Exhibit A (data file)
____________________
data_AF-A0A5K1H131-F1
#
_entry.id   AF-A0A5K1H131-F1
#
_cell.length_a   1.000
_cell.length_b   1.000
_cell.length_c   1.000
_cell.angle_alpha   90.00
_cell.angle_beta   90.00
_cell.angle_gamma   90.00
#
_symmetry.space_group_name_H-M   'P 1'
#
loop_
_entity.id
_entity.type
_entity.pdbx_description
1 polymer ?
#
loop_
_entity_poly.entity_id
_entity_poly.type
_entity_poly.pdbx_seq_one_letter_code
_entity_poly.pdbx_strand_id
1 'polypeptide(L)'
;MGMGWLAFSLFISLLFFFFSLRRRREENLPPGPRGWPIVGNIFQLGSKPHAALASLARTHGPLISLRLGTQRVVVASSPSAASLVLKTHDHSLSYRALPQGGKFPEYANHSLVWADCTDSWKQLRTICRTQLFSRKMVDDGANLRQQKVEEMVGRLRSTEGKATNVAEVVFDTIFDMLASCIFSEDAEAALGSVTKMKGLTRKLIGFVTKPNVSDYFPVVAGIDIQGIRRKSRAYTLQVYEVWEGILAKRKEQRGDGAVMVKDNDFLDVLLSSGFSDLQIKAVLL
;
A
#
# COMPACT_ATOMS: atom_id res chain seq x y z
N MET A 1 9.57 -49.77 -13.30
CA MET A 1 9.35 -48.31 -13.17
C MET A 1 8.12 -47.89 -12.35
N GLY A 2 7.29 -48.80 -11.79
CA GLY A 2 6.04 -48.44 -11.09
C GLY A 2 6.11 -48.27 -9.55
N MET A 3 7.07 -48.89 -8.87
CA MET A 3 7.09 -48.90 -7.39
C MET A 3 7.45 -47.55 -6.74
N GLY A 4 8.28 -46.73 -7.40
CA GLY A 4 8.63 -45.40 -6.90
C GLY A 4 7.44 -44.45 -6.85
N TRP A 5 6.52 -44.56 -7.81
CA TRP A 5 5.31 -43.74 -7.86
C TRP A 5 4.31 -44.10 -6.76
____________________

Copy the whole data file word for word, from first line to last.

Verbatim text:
data_AF-A0A5K1H131-F1
#
_entry.id   AF-A0A5K1H131-F1
#
_cell.length_a   1.000
_cell.length_b   1.000
_cell.length_c   1.000
_cell.angle_alpha   90.00
_cell.angle_beta   90.00
_cell.angle_gamma   90.00
#
_symmetry.space_group_name_H-M   'P 1'
#
loop_
_entity.id
_entity.type
_entity.pdbx_description
1 polymer ?
#
loop_
_entity_poly.entity_id
_entity_poly.type
_entity_poly.pdbx_seq_one_letter_code
_entity_poly.pdbx_strand_id
1 'polypeptide(L)'
;MGMGWLAFSLFISLLFFFFSLRRRREENLPPGPRGWPIVGNIFQLGSKPHAALASLARTHGPLISLRLGTQRVVVASSPSAASLVLKTHDHSLSYRALPQGGKFPEYANHSLVWADCTDSWKQLRTICRTQLFSRKMVDDGANLRQQKVEEMVGRLRSTEGKATNVAEVVFDTIFDMLASCIFSEDAEAALGSVTKMKGLTRKLIGFVTKPNVSDYFPVVAGIDIQGIRRKSRAYTLQVYEVWEGILAKRKEQRGDGAVMVKDNDFLDVLLSSGFSDLQIKAVLL
;
A
#
# COMPACT_ATOMS: atom_id res chain seq x y z
N MET A 1 9.57 -49.77 -13.30
CA MET A 1 9.35 -48.31 -13.17
C MET A 1 8.12 -47.89 -12.35
N GLY A 2 7.29 -48.80 -11.79
CA GLY A 2 6.04 -48.44 -11.09
C GLY A 2 6.11 -48.27 -9.55
N MET A 3 7.07 -48.89 -8.87
CA MET A 3 7.09 -48.90 -7.39
C MET A 3 7.45 -47.55 -6.74
N GLY A 4 8.28 -46.73 -7.40
CA GLY A 4 8.63 -45.40 -6.90
C GLY A 4 7.44 -44.45 -6.85
N TRP A 5 6.52 -44.56 -7.81
CA TRP A 5 5.31 -43.74 -7.86
C TRP A 5 4.31 -44.10 -6.76